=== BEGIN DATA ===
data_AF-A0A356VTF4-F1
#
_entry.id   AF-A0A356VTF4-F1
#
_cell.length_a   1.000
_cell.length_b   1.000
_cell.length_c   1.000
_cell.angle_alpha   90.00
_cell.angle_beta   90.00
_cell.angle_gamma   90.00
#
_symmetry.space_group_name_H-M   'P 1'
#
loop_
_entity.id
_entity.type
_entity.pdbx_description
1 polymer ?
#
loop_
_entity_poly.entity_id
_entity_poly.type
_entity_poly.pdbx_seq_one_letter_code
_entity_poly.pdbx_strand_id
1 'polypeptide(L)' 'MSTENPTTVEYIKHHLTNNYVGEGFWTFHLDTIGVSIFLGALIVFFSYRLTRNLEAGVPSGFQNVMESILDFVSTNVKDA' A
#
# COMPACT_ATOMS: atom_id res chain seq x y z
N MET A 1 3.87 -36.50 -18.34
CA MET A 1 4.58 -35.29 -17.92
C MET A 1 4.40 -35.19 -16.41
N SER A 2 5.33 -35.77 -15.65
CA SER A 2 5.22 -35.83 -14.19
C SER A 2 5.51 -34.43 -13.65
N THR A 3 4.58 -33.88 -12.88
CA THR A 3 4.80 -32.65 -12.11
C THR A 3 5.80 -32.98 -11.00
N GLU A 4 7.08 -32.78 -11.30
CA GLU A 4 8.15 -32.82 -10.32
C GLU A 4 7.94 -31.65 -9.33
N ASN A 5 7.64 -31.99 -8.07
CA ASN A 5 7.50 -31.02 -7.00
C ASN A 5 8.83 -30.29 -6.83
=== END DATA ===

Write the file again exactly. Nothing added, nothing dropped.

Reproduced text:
data_AF-A0A356VTF4-F1
#
_entry.id   AF-A0A356VTF4-F1
#
_cell.length_a   1.000
_cell.length_b   1.000
_cell.length_c   1.000
_cell.angle_alpha   90.00
_cell.angle_beta   90.00
_cell.angle_gamma   90.00
#
_symmetry.space_group_name_H-M   'P 1'
#
loop_
_entity.id
_entity.type
_entity.pdbx_description
1 polymer ?
#
loop_
_entity_poly.entity_id
_entity_poly.type
_entity_poly.pdbx_seq_one_letter_code
_entity_poly.pdbx_strand_id
1 'polypeptide(L)' 'MSTENPTTVEYIKHHLTNNYVGEGFWTFHLDTIGVSIFLGALIVFFSYRLTRNLEAGVPSGFQNVMESILDFVSTNVKDA' A
#
# COMPACT_ATOMS: atom_id res chain seq x y z
N MET A 1 3.87 -36.50 -18.34
CA MET A 1 4.58 -35.29 -17.92
C MET A 1 4.40 -35.19 -16.41
N SER A 2 5.33 -35.77 -15.65
CA SER A 2 5.22 -35.83 -14.19
C SER A 2 5.51 -34.43 -13.65
N THR A 3 4.58 -33.88 -12.88
CA THR A 3 4.80 -32.65 -12.11
C THR A 3 5.80 -32.98 -11.00
N GLU A 4 7.08 -32.78 -11.30
CA GLU A 4 8.15 -32.82 -10.32
C GLU A 4 7.94 -31.65 -9.33
N ASN A 5 7.64 -31.99 -8.07
CA ASN A 5 7.50 -31.02 -7.00
C ASN A 5 8.83 -30.29 -6.83